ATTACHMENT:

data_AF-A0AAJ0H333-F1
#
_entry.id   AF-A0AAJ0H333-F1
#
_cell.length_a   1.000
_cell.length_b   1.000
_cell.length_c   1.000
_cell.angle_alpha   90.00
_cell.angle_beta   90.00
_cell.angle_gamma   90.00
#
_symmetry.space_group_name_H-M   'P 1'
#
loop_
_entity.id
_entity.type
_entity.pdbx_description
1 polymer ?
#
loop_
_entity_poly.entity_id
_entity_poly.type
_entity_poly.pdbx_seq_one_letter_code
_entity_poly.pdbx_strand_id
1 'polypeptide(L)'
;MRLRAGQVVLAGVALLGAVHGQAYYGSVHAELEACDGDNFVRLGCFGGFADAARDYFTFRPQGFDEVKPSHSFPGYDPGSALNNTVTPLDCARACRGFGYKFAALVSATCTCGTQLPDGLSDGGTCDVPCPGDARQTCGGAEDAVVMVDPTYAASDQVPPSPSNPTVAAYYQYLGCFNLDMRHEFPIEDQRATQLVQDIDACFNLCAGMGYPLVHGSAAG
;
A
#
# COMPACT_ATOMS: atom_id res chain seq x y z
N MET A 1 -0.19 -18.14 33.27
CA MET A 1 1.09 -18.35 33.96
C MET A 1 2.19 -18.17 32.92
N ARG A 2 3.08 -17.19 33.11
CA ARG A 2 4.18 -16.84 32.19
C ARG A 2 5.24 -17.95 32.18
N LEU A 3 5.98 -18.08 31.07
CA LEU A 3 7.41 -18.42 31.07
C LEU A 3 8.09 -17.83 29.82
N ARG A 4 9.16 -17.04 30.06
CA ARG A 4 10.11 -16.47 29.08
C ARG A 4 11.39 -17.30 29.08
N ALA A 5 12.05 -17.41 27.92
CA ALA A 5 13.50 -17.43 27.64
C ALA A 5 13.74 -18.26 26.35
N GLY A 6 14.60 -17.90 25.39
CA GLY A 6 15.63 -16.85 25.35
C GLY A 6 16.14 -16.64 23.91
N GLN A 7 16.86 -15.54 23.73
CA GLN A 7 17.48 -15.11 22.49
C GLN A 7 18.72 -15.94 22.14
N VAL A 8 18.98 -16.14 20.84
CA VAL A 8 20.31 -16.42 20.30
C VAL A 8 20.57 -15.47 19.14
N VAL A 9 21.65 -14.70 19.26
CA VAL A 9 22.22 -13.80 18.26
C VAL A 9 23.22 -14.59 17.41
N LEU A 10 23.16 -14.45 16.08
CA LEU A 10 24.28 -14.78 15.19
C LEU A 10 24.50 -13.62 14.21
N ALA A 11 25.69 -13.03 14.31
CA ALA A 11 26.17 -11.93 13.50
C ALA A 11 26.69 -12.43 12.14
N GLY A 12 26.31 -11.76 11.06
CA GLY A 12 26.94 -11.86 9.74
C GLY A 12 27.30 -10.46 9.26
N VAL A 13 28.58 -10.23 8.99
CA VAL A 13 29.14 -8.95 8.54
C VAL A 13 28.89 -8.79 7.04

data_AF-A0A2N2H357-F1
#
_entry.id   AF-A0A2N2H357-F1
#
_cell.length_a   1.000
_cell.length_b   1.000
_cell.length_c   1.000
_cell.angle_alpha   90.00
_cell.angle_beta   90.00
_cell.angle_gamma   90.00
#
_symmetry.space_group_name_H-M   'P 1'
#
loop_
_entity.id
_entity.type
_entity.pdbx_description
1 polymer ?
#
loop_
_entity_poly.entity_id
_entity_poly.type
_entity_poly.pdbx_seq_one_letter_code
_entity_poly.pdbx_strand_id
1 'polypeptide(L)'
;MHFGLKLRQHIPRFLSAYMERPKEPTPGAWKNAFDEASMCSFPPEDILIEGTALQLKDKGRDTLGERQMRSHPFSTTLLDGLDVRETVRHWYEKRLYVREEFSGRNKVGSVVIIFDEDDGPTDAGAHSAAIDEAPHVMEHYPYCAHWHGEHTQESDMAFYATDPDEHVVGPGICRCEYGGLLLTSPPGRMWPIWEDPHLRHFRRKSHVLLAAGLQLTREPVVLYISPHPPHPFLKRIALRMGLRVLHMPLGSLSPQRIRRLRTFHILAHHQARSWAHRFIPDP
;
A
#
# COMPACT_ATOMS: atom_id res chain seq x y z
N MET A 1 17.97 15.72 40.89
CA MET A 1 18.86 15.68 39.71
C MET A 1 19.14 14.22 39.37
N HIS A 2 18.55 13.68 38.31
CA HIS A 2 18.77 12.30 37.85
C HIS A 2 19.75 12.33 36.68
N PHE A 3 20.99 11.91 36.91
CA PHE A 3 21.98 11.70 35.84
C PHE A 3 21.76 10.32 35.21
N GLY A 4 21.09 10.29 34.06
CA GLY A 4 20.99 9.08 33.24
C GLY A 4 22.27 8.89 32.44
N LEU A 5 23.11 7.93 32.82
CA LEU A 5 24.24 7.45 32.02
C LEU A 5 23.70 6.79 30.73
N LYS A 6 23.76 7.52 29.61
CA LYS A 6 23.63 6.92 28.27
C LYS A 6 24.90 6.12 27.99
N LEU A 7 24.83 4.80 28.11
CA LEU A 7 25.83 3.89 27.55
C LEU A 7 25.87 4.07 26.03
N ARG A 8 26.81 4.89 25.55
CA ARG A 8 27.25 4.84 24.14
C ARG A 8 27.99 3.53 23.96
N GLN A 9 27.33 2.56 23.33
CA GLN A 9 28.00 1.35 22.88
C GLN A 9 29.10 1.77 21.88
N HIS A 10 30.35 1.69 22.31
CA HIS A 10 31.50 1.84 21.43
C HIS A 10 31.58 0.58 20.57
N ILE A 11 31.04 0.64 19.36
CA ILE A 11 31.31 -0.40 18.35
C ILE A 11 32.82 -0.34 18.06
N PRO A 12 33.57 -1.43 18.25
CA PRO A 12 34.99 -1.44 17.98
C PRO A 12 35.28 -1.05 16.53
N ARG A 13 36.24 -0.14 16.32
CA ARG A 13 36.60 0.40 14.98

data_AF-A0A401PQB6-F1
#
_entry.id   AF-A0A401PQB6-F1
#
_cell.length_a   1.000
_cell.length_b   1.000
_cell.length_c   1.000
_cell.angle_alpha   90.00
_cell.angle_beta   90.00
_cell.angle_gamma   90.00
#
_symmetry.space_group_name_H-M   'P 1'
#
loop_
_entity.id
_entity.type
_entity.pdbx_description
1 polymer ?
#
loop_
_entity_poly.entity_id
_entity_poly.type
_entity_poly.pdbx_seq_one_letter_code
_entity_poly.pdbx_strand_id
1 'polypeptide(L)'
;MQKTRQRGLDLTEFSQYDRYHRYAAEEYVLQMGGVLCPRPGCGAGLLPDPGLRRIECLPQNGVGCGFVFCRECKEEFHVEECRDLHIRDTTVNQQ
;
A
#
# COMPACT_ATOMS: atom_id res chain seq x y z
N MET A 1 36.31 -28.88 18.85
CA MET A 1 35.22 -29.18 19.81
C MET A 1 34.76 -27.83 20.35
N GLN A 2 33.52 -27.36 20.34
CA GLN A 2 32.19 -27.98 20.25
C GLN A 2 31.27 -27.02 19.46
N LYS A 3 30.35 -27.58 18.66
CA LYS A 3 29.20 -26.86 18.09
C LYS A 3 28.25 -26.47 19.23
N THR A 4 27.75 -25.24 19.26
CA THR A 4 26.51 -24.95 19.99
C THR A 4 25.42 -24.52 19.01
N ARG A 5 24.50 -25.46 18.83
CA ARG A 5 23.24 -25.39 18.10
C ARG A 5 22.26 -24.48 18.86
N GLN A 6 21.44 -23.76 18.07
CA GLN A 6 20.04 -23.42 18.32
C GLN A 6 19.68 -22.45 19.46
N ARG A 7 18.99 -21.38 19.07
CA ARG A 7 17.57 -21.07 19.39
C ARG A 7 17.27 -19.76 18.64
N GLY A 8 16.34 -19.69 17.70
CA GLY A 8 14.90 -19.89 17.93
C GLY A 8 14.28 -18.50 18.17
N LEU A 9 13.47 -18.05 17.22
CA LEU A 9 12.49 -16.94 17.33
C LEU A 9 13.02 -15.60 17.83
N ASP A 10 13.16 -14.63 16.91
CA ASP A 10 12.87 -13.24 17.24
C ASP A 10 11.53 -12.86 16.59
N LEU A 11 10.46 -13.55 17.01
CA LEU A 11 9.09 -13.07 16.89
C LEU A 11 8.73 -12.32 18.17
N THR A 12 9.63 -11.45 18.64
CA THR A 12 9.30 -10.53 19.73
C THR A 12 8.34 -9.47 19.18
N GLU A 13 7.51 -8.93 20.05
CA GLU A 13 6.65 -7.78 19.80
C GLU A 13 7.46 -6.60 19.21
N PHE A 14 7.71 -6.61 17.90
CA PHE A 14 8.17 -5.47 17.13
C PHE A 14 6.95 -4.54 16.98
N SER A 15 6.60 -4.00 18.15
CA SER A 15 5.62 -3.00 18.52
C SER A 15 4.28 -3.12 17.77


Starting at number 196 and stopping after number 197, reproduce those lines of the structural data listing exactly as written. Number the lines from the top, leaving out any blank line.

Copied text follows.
CA ASP A 10 12.87 -13.24 17.24
C ASP A 10 11.53 -12.86 16.59